COLUMBUS, Ohio (WCMH)–Housing advocates across Columbus are demanding action and a plan from city and county leaders.

They said that the lack of affordable housing in Franklin County and Columbus is a public health crisis and that’s been an issue for years but is under more stress because of the pandemic.

The Columbus Urban League is one of the city’s non-profits that helps with rental assistance and getting resources to people who really need help. It’s President and CEO was part of a call to action for a plan and says the problem is only getting worse.

“We are constantly calling and asking for more money for housing assistance — our team members and organizations have woke fatigue because it’s so constant,” said Stephanie Hightower.

Since July, the Columbus Urban League has gotten more than 12,000 calls from people who fear losing their homes.

“It’s heartbreaking when you have these families that are constantly coming and calling. I mean our phone starts ringing at 8’clock in the morning,” she said.

“Franklin county also has a commitment to provide over 2,000 units or build 2,000 units in the next 10 years and while that is our aspirational goal,” said Franklin County Commissioner Eric Crawley. “We know that is not enough and currently today are facing a shortage between 54 thousand and 60 thousand units.”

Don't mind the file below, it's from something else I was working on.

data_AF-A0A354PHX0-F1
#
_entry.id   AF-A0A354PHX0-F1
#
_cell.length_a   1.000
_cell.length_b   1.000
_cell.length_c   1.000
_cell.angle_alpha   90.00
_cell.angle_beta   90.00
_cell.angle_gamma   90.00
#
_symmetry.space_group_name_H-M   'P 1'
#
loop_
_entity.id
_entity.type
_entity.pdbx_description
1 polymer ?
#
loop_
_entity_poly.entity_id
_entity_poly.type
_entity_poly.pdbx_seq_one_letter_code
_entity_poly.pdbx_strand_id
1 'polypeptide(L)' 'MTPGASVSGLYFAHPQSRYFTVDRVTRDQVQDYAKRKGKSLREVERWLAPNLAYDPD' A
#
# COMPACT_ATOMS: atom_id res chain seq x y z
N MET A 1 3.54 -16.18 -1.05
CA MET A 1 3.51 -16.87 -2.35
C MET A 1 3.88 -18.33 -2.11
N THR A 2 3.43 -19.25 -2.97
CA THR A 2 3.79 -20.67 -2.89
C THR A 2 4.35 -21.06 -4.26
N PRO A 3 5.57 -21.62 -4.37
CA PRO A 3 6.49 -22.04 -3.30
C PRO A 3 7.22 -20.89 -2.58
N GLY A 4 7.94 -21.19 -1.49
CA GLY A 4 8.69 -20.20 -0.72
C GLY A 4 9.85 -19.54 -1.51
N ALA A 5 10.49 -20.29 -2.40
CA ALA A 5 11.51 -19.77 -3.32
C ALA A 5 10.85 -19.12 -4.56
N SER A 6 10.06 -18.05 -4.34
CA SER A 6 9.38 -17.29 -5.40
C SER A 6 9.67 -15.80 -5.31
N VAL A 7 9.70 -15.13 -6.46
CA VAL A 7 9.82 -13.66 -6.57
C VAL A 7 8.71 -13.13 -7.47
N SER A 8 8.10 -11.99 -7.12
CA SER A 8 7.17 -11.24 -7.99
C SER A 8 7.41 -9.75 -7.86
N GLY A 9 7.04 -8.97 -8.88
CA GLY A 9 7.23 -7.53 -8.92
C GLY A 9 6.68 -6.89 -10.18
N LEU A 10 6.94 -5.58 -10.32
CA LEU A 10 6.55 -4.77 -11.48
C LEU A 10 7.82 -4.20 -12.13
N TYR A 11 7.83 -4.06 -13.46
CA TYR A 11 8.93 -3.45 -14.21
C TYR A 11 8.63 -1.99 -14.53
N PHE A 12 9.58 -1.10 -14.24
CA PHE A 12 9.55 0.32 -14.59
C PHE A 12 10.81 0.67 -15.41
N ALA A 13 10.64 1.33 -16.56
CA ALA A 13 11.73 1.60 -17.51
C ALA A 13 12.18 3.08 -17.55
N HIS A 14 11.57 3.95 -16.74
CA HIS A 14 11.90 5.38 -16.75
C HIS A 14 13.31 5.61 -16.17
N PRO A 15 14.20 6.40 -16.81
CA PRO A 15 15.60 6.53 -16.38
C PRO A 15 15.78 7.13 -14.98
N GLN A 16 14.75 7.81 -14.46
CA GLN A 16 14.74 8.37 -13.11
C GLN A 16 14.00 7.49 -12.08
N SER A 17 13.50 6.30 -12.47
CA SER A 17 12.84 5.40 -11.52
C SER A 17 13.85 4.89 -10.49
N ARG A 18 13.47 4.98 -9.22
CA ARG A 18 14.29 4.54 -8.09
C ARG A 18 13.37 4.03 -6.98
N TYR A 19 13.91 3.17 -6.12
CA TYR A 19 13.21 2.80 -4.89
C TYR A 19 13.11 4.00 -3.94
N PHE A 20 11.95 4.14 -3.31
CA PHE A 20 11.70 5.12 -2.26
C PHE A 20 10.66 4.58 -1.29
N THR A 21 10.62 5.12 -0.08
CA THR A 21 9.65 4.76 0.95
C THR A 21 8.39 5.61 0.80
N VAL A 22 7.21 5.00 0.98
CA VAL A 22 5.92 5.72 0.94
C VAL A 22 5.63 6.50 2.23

The Columbus Metropolitan Housing authority said, of the 250,000 people they help with finding housing in Ohio and Washington D.C., 35,000 are here in Franklin County and 70 percent of those residents are black.

Hightower said 70 percent of the calls to her office are taken in are black single mothers. Advocates said there’s a trickle-down effect.

“Our average stay in a shelter should be about 22 to 30 days in shelter. Last month our average stay was 82 days,” said Christie Angel the President and CEO of the YWCA in Columbus.

Currently, there are 188 people in their shelters.

Hightower added, “The big thing right now is the trauma — people don’t realize the trauma and we have a lot of this youth violence and neighborhood public safety — when you have youth who don’t have stable housing when you have parents who have to work two and three jobs.

Advocates said along with a plan laid out by government leaders, there needs to be minority voices at the table and to be part of the conversation and the path forward.